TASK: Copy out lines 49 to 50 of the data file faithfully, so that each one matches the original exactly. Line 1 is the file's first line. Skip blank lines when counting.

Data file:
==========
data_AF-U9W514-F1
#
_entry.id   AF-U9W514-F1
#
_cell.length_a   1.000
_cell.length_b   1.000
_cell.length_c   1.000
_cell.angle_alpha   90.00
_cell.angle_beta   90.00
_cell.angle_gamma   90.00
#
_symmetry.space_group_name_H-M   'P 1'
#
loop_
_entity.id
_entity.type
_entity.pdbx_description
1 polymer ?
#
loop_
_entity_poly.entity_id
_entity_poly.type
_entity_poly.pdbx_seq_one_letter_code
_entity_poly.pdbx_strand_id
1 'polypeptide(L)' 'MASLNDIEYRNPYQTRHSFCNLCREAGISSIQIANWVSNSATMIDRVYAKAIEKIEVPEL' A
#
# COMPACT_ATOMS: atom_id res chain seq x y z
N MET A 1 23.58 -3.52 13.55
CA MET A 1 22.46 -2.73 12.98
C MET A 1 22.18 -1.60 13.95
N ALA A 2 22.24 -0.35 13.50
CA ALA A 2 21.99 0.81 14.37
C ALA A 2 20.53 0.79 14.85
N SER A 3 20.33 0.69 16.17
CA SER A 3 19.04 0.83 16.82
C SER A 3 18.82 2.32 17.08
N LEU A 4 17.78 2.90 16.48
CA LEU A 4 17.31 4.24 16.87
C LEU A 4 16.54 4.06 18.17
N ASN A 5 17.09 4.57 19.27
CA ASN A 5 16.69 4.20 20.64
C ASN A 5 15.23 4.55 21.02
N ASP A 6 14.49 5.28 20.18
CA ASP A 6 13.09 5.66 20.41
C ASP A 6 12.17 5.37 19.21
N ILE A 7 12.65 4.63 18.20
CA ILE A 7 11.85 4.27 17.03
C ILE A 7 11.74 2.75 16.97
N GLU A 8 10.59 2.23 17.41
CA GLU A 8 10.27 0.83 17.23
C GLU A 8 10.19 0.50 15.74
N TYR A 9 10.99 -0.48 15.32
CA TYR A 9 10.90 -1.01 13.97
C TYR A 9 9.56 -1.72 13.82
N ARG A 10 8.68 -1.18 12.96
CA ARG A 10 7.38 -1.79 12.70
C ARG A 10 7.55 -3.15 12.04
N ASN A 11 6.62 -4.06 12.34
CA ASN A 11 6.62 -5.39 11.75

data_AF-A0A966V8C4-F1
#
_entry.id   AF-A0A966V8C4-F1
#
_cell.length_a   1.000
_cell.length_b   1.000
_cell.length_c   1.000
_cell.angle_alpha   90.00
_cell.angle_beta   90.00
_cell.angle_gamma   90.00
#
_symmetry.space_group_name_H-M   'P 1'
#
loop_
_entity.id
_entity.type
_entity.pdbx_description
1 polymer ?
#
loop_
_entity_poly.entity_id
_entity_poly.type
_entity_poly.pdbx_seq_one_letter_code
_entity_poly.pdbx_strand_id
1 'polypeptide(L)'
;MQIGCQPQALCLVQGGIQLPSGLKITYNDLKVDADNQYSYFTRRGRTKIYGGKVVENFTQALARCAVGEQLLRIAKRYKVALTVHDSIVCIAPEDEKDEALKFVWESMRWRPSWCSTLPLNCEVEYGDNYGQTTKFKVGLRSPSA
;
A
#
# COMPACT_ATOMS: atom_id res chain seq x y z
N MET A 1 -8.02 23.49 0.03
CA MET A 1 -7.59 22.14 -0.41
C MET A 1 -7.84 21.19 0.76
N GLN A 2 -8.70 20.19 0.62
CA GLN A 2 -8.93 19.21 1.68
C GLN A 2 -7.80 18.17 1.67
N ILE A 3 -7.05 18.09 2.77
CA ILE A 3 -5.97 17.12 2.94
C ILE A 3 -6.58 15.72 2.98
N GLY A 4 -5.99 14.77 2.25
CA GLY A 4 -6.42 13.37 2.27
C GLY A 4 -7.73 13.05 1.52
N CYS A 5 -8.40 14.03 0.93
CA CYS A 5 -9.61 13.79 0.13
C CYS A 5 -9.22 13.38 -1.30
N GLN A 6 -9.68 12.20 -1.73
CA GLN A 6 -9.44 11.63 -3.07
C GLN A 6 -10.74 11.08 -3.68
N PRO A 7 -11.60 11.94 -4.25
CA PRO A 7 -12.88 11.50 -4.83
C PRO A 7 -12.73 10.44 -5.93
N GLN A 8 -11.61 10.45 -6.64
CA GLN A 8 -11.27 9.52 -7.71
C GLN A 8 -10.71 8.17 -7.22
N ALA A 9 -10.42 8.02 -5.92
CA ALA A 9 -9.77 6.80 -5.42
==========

N GLU A 8 10.59 2.23 17.41
CA GLU A 8 10.27 0.83 17.23